Most deer feeders either stand on three (tripod) or four legs, or hang from some kind of structure (usually an accessible limb). Both kinds have their positive and negative attributes. Tripod feeders can be set up virtually anywhere, no tree necessary. Unfortunately, unless they are very strongly made, they can be damaged by cattle, bears and wild hogs, which can cost you a lot of corn and extra effort. Four-legged feeders tend to be a little more stable than tripods but are also more expensive. Hanging feeders can be put out of reach of cattle and other destructive visitors, but require a tree with an easily accessible limb—not always available in the location you want your feeder. A good rule of thumb is if you are going to fence it in, use a standing feeder. If not, go with a hanging feeder (if there’s a tree available).
A flat-bottomed feeder with no funneling mechanism will cause you problems for as long as you own it. That’s why people who make their own feeders out of old 55-gallon drums often have to shake them every time they walk by, just to make sure corn falls down onto the spinner. Look for a feeder with a funnel-shaped bottom that will keep corn moving in the direction you want it to go. For flat-bottomed feeders, make sure you pick one that has either an internal or external funnel so you won’t constantly have to do the job that gravity should do for you. There are also a variety of aftermarket products you can use to ensure your feeder funnels corn to the spinner. If yours does not do a good job at that, look into those options.
Ease Of Filling
A feeder that’s too tall to fill when you are standing safely in the bed of your truck is going to create serious safety problems, like standing on the side panel or tailgate while pouring a 50-pound bag of corn above your head. Feeders that are low enough to fill easily can have some of the varmint and cow/pig/bear problems discussed earlier. You should know how tall the back of your pickup is and the height of the top of your feeder when it is set up to make a good selection. If you have to, carry a stepladder along, although that can be a hassle if you are going on a long trek. Some companies make auger-style feeder fillers that, while somewhat expensive, come in really handy for quickly, easily and safely filling your feeder.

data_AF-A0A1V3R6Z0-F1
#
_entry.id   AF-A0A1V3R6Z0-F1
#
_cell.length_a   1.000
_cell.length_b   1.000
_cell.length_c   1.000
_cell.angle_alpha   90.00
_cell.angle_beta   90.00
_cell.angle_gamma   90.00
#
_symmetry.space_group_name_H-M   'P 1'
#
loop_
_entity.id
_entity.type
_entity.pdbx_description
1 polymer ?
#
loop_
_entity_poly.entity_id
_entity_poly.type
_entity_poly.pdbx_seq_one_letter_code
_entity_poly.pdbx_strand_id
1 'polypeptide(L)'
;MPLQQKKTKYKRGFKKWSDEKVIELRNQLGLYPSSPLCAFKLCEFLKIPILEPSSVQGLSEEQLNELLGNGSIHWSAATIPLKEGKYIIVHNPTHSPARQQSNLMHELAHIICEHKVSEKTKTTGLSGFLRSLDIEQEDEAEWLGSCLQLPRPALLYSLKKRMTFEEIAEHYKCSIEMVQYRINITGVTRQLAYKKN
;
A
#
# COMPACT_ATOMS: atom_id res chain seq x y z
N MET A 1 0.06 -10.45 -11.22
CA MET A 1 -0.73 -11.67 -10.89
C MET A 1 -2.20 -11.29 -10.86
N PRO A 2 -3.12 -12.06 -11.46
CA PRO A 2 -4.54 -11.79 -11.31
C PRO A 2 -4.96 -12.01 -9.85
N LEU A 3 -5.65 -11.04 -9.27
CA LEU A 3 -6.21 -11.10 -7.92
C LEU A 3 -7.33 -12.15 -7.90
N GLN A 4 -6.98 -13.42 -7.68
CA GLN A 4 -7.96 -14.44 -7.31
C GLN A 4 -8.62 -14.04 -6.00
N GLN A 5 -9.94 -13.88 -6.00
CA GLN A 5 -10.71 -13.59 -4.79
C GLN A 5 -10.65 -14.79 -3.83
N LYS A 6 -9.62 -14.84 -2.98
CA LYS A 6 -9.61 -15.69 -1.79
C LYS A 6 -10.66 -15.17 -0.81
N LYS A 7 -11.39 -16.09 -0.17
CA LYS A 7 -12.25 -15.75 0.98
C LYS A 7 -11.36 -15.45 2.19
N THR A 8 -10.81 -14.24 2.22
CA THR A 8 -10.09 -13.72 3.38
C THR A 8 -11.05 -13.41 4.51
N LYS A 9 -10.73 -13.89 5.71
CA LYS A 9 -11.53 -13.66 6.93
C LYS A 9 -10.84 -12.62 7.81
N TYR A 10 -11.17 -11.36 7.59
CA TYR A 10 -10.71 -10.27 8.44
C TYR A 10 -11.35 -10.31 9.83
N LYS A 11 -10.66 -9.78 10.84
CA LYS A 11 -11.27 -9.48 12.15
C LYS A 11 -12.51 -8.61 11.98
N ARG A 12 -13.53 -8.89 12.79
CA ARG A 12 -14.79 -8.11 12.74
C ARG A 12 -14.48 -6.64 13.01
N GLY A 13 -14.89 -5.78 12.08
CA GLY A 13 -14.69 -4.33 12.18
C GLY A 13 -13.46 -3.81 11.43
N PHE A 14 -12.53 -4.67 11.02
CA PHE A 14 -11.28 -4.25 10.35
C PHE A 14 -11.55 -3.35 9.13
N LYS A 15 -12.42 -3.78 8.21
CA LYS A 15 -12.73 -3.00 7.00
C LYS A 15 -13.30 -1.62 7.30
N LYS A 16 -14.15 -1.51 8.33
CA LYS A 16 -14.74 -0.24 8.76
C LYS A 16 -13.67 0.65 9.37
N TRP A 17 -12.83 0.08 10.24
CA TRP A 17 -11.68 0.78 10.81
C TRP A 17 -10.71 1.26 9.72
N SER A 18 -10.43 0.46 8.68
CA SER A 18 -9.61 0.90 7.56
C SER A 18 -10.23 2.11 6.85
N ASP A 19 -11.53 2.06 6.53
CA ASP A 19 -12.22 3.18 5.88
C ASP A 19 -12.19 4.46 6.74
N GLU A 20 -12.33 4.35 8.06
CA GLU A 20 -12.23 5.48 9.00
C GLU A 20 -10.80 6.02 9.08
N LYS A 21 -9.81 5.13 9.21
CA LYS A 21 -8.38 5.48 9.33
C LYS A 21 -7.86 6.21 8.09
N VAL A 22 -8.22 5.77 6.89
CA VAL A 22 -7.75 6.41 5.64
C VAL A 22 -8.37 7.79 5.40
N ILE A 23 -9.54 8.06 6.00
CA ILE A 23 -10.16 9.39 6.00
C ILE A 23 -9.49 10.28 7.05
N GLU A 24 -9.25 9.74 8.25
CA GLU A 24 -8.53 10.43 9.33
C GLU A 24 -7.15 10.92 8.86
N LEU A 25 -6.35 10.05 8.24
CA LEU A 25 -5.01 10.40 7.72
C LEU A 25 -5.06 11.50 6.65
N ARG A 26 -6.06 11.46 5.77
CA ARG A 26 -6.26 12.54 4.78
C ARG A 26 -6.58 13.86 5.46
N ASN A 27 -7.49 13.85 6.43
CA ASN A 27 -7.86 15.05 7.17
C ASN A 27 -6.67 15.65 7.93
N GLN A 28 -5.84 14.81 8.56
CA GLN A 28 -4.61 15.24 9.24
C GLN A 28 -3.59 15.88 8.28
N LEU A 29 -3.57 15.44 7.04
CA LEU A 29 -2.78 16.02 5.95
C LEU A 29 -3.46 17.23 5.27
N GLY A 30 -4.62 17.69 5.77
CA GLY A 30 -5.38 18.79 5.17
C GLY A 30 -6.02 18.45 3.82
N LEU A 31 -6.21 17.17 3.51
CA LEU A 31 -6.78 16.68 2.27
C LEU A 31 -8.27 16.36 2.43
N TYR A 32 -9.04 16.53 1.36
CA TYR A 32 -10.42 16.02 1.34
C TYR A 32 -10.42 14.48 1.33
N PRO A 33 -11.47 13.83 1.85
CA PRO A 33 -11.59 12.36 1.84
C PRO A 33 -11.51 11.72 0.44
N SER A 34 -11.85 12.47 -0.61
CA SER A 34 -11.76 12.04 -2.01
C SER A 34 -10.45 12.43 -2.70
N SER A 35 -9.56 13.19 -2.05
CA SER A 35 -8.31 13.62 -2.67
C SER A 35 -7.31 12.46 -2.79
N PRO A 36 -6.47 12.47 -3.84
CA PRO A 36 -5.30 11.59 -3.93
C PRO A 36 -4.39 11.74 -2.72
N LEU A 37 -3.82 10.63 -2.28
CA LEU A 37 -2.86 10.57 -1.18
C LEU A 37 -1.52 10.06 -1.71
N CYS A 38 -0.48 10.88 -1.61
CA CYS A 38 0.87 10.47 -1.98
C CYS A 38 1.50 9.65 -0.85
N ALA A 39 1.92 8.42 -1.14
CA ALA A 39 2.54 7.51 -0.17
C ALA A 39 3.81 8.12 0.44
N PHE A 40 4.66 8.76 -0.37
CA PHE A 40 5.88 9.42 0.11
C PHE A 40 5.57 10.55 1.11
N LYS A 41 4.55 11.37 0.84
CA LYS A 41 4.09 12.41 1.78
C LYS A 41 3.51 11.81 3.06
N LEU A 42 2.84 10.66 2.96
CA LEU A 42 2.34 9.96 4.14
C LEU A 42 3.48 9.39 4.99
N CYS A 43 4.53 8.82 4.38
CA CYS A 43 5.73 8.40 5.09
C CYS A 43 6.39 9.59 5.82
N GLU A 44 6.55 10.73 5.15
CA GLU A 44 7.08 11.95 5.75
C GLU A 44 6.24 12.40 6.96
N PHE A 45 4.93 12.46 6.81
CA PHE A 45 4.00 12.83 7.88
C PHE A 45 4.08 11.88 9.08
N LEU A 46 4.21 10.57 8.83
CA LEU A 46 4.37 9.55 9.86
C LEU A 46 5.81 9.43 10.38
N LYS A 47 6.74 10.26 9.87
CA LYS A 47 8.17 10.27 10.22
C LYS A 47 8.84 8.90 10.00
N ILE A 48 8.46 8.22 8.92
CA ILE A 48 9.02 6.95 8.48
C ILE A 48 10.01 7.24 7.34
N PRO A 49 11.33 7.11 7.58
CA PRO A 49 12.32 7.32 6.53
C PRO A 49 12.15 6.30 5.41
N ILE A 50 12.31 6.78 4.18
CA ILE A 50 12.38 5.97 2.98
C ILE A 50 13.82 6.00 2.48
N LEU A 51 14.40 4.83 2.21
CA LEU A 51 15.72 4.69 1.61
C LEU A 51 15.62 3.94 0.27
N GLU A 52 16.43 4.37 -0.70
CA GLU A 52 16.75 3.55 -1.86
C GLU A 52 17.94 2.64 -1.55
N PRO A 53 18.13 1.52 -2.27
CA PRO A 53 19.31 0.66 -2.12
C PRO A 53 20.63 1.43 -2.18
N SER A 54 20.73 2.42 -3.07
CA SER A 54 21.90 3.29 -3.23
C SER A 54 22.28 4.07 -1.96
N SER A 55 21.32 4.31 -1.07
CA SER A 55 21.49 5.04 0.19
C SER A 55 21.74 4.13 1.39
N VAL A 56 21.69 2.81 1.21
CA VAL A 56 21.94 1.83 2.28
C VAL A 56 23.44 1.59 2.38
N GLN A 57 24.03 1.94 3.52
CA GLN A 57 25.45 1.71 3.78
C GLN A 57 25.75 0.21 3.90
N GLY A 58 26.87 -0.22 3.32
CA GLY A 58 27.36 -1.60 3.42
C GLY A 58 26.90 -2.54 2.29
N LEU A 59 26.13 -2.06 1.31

Sturdiness is important for two reasons. Once you get several hundred pounds of corn in your feeder, the legs had better be strong enough to hold that weight. Feeders also get banged around by cattle, bears and hogs—occasionally even pickup trucks—so must be sturdy enough to withstand that kind of damage. Many new feeders have square legs instead of round ones, and those tend to be somewhat more sturdy. Also, look for a feeder that’s sales information mentions reinforced legs or specifically talks about sturdiness as an important sales point. If you buy a feeder that isn’t sturdy, you will be picking it up off the ground more than once in the future. By then, a lot of corn will have been wasted to varmints and other corn-eating animals you’re not necessarily interested in feeding.
While deer like a variety of foods, most deer feeders are made to feed dried whole-kernel corn. Some people feed their deer various protein mixes for nutritional purposes, but those won’t run well though a battery-powered feeder and are generally fed from protein-specific gravity feeders. Corn can be bought in 40- to 50-pound bags or even purchased by the ton from grain dealers. For it to be most effective for feeding deer, corn must be cleaned well and free of mold and mildew. Deer corn also comes in various “flavors” to try to attract even more deer to your area. Some hunters swear by apple-flavored corn, while others believe that added fragrances/flavors scare more deer away than they attract. You’ll need to do some experimenting and decide for yourself.
A Little Something Extra
Sure, deer like corn, and feeding them corn can bring them to your area and keep them there. But a little something extra near your feeder will provide an extra treat that attracts whitetails. Products ranging from salt and protein blocks, to powdered and granulated attractants can be effective at keeping deer around your feeder a little longer than they would otherwise stay. A simple cattle salt block will get some attention. Salt blocks with other flavors added seem to work even better. If you break the ground on a small area and work in one of the powdered or granulated flavors, deer will often use the area as a lick when going to or from your feeder.